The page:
Microglia are the main reservoir for human immunodeficiency virus type 1 (HIV-1) in the central nervous system (CNS), and multinucleated giant cells, the result of fusion of HIV-1-infected microglia and brain macrophages, are the neuropathologic hallmark of HIV dementia. One potential explanation for the formation of syncytia is viral adaptation for these CD4+ CNS cells. HIV- 1(BORI-15), a virus adapted to growth in microglia by sequential passage in vitro, mediates high levels of fusion and replicates more efficiently in microglia and monocyte-derived-macrophages than its unpassaged parent (J. M. Strizki, A. V. Albright, H. Sheng, M. O'Connor, L. Perrin, and F. Gonzalez- Scarano, J. Virol. 70:7654-7662, 1996). Since the interaction between the viral envelope glycoprotein and CD4 and the chemokine receptor mediates fusion and plays a key role in tropism, we have analyzed the HIV-1(BORI-15) env as a fusogen and in recombinant and pseudotyped viruses. Its syncytium- forming phenotype is not the result of a switch in coreceptor use but rather of the HIV-1(BORI-15) envelope-mediated fusion of CD4+CCR5+ cells with greater efficiency than that of its parental strain, either by itself or in the context of a recombinant virus. Genetic analysis indicated that the syncytium-forming phenotype was due to four discrete amino acid differences in V1/V2, with a single-amino-acid change between the parent and the adapted virus (E153G) responsible for the majority of the effect. Additionally, HIV- 1(BORI-15) env-pseudotyped viruses were less sensitive to decreases in the levels of CD4 on transfected 293T cells, leading to the hypothesis that the differences in V1/V2 alter the interaction between this envelope and CD4 or CCR5, or both. In sum, the characterization of the envelope of HIV-1(BORI- 15), a highly fusogenic glycoprotein with genetic determinants in V1/V2, may lead to a better understanding of the relationship between HIV replication and syncytium formation in the CNS and of the importance of this region of gp120 in the interaction with CD4 and CCR5.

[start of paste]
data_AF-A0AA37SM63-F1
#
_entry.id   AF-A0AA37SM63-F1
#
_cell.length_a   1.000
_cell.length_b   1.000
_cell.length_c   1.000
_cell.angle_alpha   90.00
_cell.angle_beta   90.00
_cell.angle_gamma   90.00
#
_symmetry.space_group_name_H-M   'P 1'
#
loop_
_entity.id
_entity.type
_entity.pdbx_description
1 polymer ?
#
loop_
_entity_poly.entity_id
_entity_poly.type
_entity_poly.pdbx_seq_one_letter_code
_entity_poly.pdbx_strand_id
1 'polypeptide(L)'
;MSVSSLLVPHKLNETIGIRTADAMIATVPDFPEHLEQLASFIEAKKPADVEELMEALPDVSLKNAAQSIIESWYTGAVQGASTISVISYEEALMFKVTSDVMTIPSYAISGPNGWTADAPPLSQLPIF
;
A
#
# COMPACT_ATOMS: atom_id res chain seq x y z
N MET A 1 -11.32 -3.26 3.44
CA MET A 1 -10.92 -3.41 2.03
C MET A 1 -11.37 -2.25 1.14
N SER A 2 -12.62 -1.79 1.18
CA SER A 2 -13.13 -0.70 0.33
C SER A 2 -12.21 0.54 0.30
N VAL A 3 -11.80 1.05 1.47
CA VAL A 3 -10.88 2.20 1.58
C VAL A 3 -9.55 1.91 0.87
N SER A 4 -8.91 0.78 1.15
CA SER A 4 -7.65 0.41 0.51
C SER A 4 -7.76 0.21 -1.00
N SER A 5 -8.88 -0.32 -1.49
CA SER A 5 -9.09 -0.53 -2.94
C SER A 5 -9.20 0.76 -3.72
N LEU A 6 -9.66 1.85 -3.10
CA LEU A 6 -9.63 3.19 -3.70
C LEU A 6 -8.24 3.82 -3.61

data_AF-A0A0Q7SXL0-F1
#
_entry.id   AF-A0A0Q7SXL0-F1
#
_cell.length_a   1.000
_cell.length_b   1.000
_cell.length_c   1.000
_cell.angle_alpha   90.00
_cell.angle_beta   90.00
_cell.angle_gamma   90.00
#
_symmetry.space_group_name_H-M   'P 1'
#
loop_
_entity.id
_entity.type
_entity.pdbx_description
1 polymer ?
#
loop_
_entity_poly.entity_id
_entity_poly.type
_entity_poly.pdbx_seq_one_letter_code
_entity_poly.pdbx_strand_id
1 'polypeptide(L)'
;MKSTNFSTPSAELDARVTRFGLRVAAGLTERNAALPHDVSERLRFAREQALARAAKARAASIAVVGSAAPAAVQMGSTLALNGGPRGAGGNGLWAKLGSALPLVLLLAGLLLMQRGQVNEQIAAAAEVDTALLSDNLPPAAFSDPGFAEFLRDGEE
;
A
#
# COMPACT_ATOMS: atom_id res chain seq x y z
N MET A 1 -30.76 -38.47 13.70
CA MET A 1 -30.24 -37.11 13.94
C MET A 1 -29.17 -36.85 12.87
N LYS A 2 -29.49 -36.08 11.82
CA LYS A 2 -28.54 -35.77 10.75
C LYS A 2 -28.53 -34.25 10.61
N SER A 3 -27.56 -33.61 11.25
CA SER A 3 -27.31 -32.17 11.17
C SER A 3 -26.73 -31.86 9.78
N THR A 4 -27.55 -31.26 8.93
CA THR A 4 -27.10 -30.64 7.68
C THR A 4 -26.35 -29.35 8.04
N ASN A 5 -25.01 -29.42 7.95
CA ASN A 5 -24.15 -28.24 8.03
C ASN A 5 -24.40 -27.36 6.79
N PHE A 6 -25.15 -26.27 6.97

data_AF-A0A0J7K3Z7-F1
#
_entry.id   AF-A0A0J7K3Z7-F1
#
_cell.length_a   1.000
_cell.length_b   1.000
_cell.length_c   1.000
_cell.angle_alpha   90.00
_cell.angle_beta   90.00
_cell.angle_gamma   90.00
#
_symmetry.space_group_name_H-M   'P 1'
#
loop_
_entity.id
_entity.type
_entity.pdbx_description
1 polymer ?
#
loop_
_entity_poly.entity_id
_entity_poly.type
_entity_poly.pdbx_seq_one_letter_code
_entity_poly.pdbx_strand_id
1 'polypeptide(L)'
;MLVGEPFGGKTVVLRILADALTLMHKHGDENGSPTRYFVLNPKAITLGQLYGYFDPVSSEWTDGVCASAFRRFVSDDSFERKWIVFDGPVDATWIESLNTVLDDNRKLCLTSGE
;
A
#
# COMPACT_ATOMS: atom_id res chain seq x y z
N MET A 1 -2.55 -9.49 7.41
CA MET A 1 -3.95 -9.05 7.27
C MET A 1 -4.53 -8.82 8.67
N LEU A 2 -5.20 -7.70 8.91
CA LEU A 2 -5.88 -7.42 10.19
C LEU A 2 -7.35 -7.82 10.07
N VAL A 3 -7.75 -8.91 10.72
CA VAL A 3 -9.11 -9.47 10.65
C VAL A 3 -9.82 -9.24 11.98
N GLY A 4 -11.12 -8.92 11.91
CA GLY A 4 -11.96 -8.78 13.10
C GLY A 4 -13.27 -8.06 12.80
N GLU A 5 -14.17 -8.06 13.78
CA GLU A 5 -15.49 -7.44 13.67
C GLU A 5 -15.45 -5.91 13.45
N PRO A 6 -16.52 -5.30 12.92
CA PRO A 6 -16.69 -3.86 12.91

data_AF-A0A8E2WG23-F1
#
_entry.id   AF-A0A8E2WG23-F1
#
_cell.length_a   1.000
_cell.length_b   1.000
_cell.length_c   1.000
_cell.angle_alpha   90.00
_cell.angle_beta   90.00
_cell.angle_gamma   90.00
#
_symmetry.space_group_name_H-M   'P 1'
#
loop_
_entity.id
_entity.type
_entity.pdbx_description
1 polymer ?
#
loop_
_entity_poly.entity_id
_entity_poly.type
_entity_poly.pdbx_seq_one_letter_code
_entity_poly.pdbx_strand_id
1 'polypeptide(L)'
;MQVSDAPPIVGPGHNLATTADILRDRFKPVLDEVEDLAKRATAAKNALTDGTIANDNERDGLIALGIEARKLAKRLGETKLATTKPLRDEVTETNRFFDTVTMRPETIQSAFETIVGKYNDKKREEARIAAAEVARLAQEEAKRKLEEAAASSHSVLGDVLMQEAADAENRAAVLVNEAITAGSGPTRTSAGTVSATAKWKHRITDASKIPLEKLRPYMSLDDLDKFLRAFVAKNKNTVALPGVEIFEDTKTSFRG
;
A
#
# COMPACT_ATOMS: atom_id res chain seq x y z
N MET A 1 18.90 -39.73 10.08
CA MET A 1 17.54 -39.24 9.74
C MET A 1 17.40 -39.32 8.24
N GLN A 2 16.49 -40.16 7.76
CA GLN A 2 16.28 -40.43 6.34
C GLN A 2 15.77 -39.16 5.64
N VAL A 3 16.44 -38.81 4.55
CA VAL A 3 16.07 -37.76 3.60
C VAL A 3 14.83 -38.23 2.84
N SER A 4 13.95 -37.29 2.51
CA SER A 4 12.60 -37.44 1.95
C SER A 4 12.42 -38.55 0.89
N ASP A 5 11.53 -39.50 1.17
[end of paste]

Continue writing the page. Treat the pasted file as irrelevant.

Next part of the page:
ASJC Scopus subject areas
- Insect Science